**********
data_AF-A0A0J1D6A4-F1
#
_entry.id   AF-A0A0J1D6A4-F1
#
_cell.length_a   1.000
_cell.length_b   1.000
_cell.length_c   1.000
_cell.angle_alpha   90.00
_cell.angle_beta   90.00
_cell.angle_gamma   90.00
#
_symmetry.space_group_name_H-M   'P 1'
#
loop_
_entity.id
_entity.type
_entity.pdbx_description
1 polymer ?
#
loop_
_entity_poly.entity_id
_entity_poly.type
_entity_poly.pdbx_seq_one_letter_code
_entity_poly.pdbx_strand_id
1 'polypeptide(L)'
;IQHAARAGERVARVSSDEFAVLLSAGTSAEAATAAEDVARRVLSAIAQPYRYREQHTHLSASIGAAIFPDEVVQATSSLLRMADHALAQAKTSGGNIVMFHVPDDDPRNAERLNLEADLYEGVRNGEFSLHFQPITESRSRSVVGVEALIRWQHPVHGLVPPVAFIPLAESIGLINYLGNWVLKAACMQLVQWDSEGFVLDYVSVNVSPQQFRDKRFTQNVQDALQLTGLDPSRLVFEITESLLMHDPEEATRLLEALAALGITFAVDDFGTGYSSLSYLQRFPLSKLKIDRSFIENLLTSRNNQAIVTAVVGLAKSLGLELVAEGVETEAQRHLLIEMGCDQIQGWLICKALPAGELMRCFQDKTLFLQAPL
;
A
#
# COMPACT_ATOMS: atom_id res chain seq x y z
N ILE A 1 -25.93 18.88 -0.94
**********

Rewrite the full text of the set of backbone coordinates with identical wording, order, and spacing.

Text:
data_AF-A0A0J1D6A4-F1
#
_entry.id   AF-A0A0J1D6A4-F1
#
_cell.length_a   1.000
_cell.length_b   1.000
_cell.length_c   1.000
_cell.angle_alpha   90.00
_cell.angle_beta   90.00
_cell.angle_gamma   90.00
#
_symmetry.space_group_name_H-M   'P 1'
#
loop_
_entity.id
_entity.type
_entity.pdbx_description
1 polymer ?
#
loop_
_entity_poly.entity_id
_entity_poly.type
_entity_poly.pdbx_seq_one_letter_code
_entity_poly.pdbx_strand_id
1 'polypeptide(L)'
;IQHAARAGERVARVSSDEFAVLLSAGTSAEAATAAEDVARRVLSAIAQPYRYREQHTHLSASIGAAIFPDEVVQATSSLLRMADHALAQAKTSGGNIVMFHVPDDDPRNAERLNLEADLYEGVRNGEFSLHFQPITESRSRSVVGVEALIRWQHPVHGLVPPVAFIPLAESIGLINYLGNWVLKAACMQLVQWDSEGFVLDYVSVNVSPQQFRDKRFTQNVQDALQLTGLDPSRLVFEITESLLMHDPEEATRLLEALAALGITFAVDDFGTGYSSLSYLQRFPLSKLKIDRSFIENLLTSRNNQAIVTAVVGLAKSLGLELVAEGVETEAQRHLLIEMGCDQIQGWLICKALPAGELMRCFQDKTLFLQAPL
;
A
#
# COMPACT_ATOMS: atom_id res chain seq x y z
N ILE A 1 -25.93 18.88 -0.94